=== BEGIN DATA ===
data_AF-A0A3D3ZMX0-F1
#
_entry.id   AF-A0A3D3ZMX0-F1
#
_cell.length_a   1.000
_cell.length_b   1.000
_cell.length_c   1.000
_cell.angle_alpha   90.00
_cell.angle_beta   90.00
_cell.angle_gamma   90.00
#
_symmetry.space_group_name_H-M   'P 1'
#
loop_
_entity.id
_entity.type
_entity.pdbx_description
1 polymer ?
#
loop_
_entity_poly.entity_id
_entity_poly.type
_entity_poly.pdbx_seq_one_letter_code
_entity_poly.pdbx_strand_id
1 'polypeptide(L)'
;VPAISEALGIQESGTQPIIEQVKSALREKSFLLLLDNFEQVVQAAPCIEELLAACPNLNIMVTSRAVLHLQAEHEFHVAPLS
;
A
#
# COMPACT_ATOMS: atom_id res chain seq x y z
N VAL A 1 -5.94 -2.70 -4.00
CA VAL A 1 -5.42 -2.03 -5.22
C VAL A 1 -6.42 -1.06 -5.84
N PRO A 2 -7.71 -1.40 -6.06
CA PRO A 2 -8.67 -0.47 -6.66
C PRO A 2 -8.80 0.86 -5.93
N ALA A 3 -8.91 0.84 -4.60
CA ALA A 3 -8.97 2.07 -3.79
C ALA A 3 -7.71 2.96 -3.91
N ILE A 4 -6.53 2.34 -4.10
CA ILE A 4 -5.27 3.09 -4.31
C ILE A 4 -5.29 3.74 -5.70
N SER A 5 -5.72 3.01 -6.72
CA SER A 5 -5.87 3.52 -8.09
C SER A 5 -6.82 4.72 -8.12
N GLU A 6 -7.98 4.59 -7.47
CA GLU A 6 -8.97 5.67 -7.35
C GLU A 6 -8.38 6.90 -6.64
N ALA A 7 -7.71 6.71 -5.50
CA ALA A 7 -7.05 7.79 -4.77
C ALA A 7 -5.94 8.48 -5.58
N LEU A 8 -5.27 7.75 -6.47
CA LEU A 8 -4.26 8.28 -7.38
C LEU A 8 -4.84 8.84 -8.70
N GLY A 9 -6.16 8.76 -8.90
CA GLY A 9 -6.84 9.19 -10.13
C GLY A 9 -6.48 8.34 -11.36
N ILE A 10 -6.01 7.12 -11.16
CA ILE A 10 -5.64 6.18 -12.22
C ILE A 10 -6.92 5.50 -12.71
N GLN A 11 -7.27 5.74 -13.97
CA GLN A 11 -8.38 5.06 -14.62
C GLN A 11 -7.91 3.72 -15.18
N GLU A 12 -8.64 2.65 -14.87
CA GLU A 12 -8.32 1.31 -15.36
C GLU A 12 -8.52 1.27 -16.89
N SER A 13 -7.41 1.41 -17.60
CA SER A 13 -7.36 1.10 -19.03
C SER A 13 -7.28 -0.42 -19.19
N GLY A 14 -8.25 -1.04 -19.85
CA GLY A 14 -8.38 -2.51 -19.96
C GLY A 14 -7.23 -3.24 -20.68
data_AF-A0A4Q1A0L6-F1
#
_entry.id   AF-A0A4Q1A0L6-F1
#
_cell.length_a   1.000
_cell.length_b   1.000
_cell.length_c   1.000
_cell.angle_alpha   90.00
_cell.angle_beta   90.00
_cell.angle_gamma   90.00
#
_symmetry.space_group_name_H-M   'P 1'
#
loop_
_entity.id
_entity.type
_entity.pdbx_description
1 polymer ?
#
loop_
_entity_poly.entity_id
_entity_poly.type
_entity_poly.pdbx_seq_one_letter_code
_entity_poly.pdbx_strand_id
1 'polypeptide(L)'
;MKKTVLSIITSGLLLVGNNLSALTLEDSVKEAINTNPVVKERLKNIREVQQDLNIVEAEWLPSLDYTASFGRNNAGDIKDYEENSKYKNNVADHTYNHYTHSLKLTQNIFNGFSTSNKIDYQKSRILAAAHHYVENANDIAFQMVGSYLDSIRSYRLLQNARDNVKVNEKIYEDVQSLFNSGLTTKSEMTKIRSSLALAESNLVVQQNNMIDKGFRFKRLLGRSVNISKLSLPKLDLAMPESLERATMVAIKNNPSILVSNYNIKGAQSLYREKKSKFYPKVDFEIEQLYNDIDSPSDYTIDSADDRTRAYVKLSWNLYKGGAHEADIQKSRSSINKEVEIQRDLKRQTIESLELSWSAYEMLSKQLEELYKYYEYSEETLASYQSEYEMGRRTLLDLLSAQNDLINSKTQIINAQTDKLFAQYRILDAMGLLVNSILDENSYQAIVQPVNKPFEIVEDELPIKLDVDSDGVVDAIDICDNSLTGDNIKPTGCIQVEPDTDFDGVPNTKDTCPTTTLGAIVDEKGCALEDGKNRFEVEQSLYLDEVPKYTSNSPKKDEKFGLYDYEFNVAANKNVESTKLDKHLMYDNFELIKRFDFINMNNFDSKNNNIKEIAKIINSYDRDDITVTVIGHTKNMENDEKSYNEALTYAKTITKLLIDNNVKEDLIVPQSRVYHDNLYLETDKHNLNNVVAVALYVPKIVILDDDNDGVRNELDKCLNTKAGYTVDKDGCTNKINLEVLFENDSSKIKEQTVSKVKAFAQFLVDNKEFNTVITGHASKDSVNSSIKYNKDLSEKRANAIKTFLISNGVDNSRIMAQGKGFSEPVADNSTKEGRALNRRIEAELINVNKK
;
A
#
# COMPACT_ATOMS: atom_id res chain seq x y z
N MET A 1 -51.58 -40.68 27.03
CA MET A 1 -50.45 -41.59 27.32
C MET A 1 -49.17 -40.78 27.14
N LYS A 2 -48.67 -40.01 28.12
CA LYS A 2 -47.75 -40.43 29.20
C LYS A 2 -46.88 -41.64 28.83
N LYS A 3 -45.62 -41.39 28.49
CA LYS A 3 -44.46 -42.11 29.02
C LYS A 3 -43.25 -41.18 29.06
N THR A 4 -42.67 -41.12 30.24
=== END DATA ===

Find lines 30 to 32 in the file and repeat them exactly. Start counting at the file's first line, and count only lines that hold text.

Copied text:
# COMPACT_ATOMS: atom_id res chain seq x y z
N VAL A 1 -5.94 -2.70 -4.00
CA VAL A 1 -5.42 -2.03 -5.22